of symptoms, but was independent of the antinuclear
antibody titers which remained elevated and unchanged
for many months.
Effect of procainamide on mitogen and antigen
responses of normal human lymphocytes
Peripheral blood lymphocytes from healthy donors were cultured at a density of lo6cells/ml in RPMI1640 medium supplemented with 1oo/o pooled normal
human plasma. Purified PHA was added to the cultures
to a final concentration of 1, 0.1, or 0.05 pg/ml. Procainamide-HC1 obtained as a sterile aqueous solution
was added to the cultures in the concentrations indicated. Cultures were incubated at 37°C in a humidified 5% C0,-in-air atmosphere for 72 hours and 18 to 24
hours before harvesting were pulsed with 1 pCi of 3Hthymidine. The cultured cells were collected onto glass
fiber filter papers using an automated multiple sample
harvester and the 3H-thymidine incorporated into acid
insoluble material enumerated by liquid scintillation
spectrometry. The effect of procainamide on PHA-stimulated 3H-thymidineincorporation is expressed as a percentage of the response obtained in the absence of the
drug according to the formula:
% response =
PHA induced ’H CPM with drug
PHA induced 3HCPM without drug
loo
The response of primed lymphocytes to antigenic
stimulation in the presence of procainamide was also
studied. Peripheral blood lymphocytes from individuals
with positive tuberculin skin tests were cultured as described above with purified protein derivative (PPD,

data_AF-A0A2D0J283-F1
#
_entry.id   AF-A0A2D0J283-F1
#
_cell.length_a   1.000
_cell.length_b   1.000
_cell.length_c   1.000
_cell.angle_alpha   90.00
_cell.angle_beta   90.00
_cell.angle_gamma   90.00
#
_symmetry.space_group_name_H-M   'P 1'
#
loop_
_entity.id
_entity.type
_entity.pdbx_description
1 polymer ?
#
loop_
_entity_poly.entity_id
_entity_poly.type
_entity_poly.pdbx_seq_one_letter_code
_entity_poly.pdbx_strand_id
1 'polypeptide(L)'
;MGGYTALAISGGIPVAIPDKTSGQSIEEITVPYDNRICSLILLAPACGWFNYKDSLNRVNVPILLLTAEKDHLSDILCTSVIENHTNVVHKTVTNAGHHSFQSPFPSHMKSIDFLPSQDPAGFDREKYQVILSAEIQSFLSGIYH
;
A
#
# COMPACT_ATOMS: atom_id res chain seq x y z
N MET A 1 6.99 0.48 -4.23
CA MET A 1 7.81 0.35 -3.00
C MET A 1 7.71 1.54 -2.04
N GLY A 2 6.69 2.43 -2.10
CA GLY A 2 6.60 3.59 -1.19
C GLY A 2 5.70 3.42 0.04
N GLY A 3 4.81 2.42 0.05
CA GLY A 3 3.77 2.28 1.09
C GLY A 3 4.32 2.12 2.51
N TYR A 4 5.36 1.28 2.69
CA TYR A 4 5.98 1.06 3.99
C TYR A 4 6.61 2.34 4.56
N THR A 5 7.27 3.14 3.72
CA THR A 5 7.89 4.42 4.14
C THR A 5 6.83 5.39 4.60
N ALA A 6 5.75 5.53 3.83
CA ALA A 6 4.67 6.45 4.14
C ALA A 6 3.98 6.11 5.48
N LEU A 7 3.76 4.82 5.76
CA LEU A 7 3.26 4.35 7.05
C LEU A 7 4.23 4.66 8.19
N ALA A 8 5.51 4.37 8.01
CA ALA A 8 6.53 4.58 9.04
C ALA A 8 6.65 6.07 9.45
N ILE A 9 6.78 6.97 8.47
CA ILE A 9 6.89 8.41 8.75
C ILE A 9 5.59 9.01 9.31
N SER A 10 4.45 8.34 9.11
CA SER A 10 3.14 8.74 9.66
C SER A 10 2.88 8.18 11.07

Connaught Laboratories) at 2 @culture and the percent response calculated the same as for PHA.
Procainamide altered PHA-induced activation of
normal human PBL. A biphasic dose response was observed with marked suppression at higher concentrations but enhancement at lower doses (Figure 1). Concentrations of procainamide of 3.75 x lO-’M or greater
completely inhibited PHA-induced 3H-thymidineincorporation. However, at a tenfold lower drug concentration the response to PHA was enhanced 60% on the average beyond that obtained with PHA alone (P < 0.01
by Wilcoxon test; 0.02 > P > 0.01 by r-test). Higher
PROCAINAMIDE-LYMPHOCYTE REACTIONS
mean responses continued as the concentration of procainamide decreased to 10-6M but the differences were
not as striking (P< 0.05 by Wilcoxon test and 0.1 > P >
0.05 by paired t-test at 3.75 X lO-$M). Enhancement of
the response to PHA was observed best at suboptimal
stimulating concentrations of the mitogen (0.05-0.0 1
pg/ml). A similar pattern of complete suppression at
higher doses (3.75 X lO-’M and greater) and enhancement at lower concentrations was observed in studies of
antigen stimulated lymphocyte activation. The in vitro
response of PBL from tuberculin skin test positive individuals to PPD was 180% of normal at 3.75 x 10-4M
procainamide (P < 0.01 by Wilcoxon and paired ttests).
Effect of procainamide on in vitro antigenspecific antibody producing cell induction in
rabbit spleen cells
Procainamide has two effects on in vitro plaqueforming cell (PFC) responses of sheep erythrocyte
(SRBC) primed rabbit lymphocytes. The normal kinetics of antiSRBC responses are a sharp peak on day 4,